Nashville SC

Demolition begins at The Fairgrounds Nashville

Yet another major milestone passed Friday in Nashville SC’s seemingly interminable march toward getting its Major League Soccer stadium built. It was a foregone conclusion that Save Our Fairgrounds’s lawsuit would see its motion for injunctive relief* denied, but it became official Friday afternoon.

With that, demolition has begun at The Fairgrounds (header photo by District 17 Councilmember Colby Sledge). As you’ll see, it doesn’t seem likely there will be any halt to said demolition.

The tone of Chancellor Ellen Hobbs Lyle’s motion denying the injunction, uh, seems to indicate that SOF’s case – which is scheduled for a bench trial June 4 – has pretty close to zero chance of being found in the plaintiffs’ favor.

The Plaintiffs’ argument rests upon the word “or,” in Section 11.602(d) of the Metro Charter, not being accorded its ordinary meaning of alternatives. The Plaintiffs’ argument is that the Court should give the word “or” in Section 11.602(d) the special meaning in this case of “and,” to mean not an alternative but “both.”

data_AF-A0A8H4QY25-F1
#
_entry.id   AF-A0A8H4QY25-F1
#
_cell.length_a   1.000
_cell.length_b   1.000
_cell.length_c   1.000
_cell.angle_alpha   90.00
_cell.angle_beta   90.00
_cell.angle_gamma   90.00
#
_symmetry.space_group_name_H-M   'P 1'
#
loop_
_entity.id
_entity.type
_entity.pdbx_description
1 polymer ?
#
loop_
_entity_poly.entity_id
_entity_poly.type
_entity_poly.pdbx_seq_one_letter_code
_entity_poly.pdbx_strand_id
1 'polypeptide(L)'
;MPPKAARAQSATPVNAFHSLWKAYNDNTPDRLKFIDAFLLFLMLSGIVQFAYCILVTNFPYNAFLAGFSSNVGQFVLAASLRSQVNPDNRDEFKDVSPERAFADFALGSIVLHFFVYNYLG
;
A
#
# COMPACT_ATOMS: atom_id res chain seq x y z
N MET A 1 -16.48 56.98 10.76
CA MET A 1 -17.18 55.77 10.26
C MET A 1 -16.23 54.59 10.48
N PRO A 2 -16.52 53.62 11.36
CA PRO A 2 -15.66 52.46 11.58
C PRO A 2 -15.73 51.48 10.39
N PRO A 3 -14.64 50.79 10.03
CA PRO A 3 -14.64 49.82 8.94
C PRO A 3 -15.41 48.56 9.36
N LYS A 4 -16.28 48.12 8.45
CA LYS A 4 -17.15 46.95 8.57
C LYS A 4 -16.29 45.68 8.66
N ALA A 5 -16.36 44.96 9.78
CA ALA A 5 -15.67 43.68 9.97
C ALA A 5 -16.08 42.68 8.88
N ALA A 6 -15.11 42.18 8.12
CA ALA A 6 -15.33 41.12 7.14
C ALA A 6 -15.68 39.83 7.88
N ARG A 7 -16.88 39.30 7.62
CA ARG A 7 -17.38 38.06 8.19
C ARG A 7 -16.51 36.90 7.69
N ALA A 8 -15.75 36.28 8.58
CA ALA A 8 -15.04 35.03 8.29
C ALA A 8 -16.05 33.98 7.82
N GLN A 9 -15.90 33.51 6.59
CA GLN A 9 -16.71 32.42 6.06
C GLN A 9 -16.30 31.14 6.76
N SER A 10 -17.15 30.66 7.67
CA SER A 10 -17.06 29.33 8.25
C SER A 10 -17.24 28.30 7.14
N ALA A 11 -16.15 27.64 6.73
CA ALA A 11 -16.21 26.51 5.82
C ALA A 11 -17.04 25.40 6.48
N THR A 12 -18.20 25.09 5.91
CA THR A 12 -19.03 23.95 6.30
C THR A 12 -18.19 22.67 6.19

The newly asserted claim of the Plaintiffs is that “or,” bolded above in the quotation of Section 11.602(d), actually means “and” so that both a 27-vote of the Council and a referendum are required before demolition and construction can proceed. This interpretation the Court is unable to adopt. In the words of the case law above, the Plaintiffs’ construction of “or” constitutes an addition to the statute or rewrite “to conform to an assumed intent that is not apparent in its language.” As cited, that is not permitted under Tennessee law.

To unpack some of that, the argument is dismissed out-of-hand, and she notes that it’s a newly-advanced argument anyway (with the implication that she sees the plaintiffs grasping at straws and coming up with new and increasingly-ridiculous attempts to prolong what is prime facie a frivolous legal battle). Injunctive relief is denied on basically all possible grounds, not least of which is because she doesn’t see particularly likelihood that Metro will lose at trial. Here’s a heading of one of her sections:

The Plaintiffs Have Not Demonstrated Likelihood Of Success On The Merits Textual Construction of the Charter

“Have not demonstrated likelihood of success” is foreboding for Save Our Fairgrounds! It likely indicates that this thing will be over very shortly after 9:00 a.m. the first Thursday in June.

* For the layperson: injunctive relief is essentially a court order mandating that one party must take – or not take – action before a final judgment in a legal battle. SOF had asked that construction be halted via injunction while the court case plays out.

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